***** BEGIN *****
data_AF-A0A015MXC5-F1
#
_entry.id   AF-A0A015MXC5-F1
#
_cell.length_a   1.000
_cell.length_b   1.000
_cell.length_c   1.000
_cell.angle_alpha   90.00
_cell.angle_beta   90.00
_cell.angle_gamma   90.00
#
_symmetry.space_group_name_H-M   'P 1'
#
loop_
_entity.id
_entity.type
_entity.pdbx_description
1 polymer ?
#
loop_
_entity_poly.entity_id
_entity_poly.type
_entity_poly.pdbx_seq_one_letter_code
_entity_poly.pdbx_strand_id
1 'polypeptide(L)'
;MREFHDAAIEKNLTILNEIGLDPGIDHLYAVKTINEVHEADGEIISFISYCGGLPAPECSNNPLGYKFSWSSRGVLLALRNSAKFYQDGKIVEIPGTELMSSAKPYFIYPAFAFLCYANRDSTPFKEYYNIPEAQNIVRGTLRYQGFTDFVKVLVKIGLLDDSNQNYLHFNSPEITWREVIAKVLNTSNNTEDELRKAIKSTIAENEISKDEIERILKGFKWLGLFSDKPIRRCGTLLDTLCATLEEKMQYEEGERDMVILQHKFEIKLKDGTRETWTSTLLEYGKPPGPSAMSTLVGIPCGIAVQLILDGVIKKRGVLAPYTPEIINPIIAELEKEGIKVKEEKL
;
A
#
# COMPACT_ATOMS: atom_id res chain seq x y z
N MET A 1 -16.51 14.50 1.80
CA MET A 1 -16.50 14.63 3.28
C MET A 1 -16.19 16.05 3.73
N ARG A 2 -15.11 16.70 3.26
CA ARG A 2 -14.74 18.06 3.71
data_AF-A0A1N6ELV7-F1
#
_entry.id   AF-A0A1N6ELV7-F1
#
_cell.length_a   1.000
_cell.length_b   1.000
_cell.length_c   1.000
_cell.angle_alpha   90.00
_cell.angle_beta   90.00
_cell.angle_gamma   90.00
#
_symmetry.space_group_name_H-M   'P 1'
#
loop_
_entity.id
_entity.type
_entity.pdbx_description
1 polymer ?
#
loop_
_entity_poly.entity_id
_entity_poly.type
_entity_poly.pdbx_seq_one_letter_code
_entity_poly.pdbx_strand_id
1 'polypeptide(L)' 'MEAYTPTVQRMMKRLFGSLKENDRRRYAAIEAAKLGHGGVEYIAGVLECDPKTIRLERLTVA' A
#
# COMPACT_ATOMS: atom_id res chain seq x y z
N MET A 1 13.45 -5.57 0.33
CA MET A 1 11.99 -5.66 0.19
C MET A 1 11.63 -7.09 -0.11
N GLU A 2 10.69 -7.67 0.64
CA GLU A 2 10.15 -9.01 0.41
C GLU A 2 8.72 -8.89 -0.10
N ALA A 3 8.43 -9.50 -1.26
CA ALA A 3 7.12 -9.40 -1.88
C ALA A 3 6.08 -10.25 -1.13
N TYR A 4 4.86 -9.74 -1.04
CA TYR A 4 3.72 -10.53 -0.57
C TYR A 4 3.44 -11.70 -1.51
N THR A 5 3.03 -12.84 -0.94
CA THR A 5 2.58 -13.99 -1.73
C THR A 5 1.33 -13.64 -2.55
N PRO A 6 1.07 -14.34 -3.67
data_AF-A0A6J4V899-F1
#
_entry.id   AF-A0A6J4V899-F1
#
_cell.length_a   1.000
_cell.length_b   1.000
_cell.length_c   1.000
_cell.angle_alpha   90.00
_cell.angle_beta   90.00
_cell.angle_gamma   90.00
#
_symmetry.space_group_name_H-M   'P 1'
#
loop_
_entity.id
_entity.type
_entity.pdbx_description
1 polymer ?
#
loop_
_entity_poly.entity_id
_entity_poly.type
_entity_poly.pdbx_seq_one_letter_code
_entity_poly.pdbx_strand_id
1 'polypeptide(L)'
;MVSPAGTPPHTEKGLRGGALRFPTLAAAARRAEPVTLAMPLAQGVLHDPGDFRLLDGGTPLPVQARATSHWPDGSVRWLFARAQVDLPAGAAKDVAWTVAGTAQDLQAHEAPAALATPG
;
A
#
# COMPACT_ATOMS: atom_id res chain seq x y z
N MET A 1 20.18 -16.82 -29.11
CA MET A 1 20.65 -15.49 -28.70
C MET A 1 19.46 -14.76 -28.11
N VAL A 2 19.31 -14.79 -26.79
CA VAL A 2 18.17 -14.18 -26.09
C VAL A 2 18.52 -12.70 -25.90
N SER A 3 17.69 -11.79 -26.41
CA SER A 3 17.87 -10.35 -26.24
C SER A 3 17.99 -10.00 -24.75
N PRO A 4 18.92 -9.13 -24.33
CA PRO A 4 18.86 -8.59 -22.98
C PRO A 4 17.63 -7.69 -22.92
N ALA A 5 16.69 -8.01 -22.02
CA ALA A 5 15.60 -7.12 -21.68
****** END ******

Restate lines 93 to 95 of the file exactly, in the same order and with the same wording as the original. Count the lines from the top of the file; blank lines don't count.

_entity.id
_entity.type
_entity.pdbx_description